Straight From the Horse's Mouth


I had several opportunities to communicate with horses over the past year. Each encounter was with a different type of horse suited for a different lifestyle. Similar to people, they each had things they liked and things they did not like. The difference between them and humans is that they didn't have a choice.


People make many assumptions when it comes to animals. They assume that because they came from a certain breed or stock or line, they should excel at that particular task and even love it. That is not the case. A horse who was a descendant of a racehorse did not like racing. He enjoyed running but was not a fan of the vigorous training and pressure to win. Another horse who was bred to be a workhorse did not like to pull and carry heavy loads all the time, while their friend loved to work and found purpose in it. Every being is different.


Recently in the news, there was a story of a police horse who was sent to a Sanctuary for his retirement after 20 years of service. This horse was 21 years of age and in great shape. Some people were commenting how cruel it was that he was made to work for so long. My instinct was to agree, because of the nature of the job, the noise, and the danger involved. Also, this horse was so young when he started which meant training started early in his life. Police work was all he knew. Since I am learning to not assume things, or impose human beliefs (or my beliefs) onto the animals, I decided to check in with this beauty. Here is what he had to say.


This horse was very proud of his work. He felt important and very fulfilled. When I asked him how he was treated, he said he had no complaints. Food was plenty, he never went without; he said he had regular and frequent physical care including washing, brushing, hoof care, and medical care (brushing was his favorite but dental care, not so much! ) He showed me a special blanket placed on him with care, love, and affection (gentle talking close to his face with pets and kisses). He had other horse friends. His partner treated him well. What he didn't like were the noise and traffic. Though he was used to it, he never grew to like it. He also said the smells could be overwhelming and he sometimes couldn't wait to get back to his stall. There was a change in these things for a while. He wasn't needed as much and noise levels were down. It was during this time that he started to think about a different life. He was getting older and got a taste of a quieter life. However, he did add that most of his work was uneventful. He did have plenty of action moments, but more were not. One of his horse friends never liked the work, but this horse did.....most days. Like us, we also have days where we do not want to work and other days where we love it.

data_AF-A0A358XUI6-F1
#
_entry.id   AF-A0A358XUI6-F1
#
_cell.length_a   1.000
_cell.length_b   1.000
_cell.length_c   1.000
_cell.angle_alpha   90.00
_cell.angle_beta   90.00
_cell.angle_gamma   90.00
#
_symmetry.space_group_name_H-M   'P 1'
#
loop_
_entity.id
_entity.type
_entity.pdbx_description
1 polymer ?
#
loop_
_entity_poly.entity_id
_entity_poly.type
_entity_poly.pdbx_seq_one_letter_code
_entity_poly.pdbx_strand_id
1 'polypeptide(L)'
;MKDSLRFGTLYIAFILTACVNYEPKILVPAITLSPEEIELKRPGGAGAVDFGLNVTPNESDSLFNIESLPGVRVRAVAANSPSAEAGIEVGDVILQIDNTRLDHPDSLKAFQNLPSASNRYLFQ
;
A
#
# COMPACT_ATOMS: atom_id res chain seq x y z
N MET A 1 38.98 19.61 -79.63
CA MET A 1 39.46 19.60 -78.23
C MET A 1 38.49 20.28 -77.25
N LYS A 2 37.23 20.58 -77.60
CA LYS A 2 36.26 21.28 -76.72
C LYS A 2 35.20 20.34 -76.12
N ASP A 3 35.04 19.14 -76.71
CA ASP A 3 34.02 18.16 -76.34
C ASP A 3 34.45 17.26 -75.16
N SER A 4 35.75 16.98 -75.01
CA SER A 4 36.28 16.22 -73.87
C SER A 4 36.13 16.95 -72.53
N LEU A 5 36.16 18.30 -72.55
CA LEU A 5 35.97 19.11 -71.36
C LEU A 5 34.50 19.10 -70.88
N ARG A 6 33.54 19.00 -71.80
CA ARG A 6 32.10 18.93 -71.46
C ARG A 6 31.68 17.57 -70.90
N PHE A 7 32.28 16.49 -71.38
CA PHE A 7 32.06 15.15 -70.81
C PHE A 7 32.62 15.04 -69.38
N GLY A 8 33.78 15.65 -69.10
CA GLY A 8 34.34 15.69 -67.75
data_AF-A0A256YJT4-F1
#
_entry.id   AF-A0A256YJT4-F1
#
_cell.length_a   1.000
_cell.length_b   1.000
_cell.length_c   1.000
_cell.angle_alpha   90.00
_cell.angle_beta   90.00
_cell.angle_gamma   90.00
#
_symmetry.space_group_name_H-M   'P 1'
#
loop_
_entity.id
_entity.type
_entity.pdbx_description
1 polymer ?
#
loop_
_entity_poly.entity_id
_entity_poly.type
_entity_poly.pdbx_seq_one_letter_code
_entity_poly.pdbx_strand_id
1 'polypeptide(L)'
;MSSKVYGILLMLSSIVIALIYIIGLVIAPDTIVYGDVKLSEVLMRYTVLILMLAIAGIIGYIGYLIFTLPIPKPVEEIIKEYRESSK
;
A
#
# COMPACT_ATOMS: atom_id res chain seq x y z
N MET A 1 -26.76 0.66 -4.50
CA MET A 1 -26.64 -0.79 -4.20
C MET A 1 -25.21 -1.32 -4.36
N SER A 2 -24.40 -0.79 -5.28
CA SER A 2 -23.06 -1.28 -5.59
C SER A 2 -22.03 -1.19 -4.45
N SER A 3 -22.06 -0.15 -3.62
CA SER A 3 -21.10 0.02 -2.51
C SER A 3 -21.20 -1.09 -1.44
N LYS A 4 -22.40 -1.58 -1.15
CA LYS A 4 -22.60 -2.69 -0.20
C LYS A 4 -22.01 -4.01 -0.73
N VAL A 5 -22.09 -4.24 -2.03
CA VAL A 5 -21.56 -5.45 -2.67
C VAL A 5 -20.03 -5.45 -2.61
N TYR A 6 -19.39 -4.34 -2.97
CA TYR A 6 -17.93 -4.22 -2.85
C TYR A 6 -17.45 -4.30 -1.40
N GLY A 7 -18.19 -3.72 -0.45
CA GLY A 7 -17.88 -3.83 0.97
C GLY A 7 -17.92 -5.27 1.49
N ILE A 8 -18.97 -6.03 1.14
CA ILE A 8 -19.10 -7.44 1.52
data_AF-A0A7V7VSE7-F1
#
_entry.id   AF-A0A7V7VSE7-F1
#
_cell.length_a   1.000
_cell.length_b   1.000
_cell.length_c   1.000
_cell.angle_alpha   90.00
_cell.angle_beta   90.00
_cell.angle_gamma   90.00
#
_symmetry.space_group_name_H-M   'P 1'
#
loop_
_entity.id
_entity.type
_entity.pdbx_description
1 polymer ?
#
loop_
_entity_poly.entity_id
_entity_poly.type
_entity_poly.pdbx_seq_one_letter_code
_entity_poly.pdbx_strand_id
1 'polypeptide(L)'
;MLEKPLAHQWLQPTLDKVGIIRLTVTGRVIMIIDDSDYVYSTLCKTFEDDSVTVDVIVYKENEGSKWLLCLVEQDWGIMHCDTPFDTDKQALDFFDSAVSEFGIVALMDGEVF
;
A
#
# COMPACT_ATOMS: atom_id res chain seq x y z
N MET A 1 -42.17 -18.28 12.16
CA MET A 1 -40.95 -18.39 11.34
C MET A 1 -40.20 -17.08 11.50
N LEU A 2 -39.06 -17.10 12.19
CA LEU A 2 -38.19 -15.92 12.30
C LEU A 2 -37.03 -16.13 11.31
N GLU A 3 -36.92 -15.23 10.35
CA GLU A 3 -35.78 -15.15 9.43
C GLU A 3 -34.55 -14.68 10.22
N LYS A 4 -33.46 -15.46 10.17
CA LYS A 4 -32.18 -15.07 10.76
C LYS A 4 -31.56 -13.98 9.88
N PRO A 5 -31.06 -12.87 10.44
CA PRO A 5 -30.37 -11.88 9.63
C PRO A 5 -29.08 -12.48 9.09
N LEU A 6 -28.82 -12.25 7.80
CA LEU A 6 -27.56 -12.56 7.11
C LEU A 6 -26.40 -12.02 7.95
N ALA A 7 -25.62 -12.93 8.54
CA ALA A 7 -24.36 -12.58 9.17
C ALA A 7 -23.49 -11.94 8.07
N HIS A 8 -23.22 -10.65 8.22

I asked him how he felt about retiring and about the sanctuary. True to his character, he said he couldn't speak about the sanctuary yet as he has to investigate it first. He did admit it smells delicious and he loves the freedom. It may take him some time to live without a schedule, but like all retirees, it is a welcomed change. He hopes his handler will come to visit him; they were partners for a long time.


After speaking with him, I felt confident that he was very well taken care of, and was suited for Police work. He is also in excellent condition, although he did mention some aches and pains in his legs. The grass/ground will be a welcome change, as will the fresh country air. The biggest concern he has is about his partner. He was bonded to him. He was not just a coworker, but a partner. Animals form bonds sometimes deeper than humans. My hope is that his partner visits him after an adjustment period. I also hope that this beautiful boy adjusts easily to retirement. It can be a difficult transition for many of us.


I think many of us make assumptions about what animals like based on our experiences, wants, and needs. Wanting a life of no work or task can be just as detrimental as one of forced labor. (It is NEVER okay to be abusive and hurt an animal to coerce them to do anything. NEVER). Some animals need a purpose, thrive on structure and routine, and enjoy working. However, like us, they do not want to do it 24/7. Some days they just don't want to go to work. Or after years, they may grow tired of it and want something else. It is important to check in with them and get their feedback. Honor their wishes. It is THEIR life after all.


I am sending him Reiki and love and hope to visit him soon!

*The image below is a still shot from the video posted on the news. It shows him leaving the trailer and being greeted by some animal residents.





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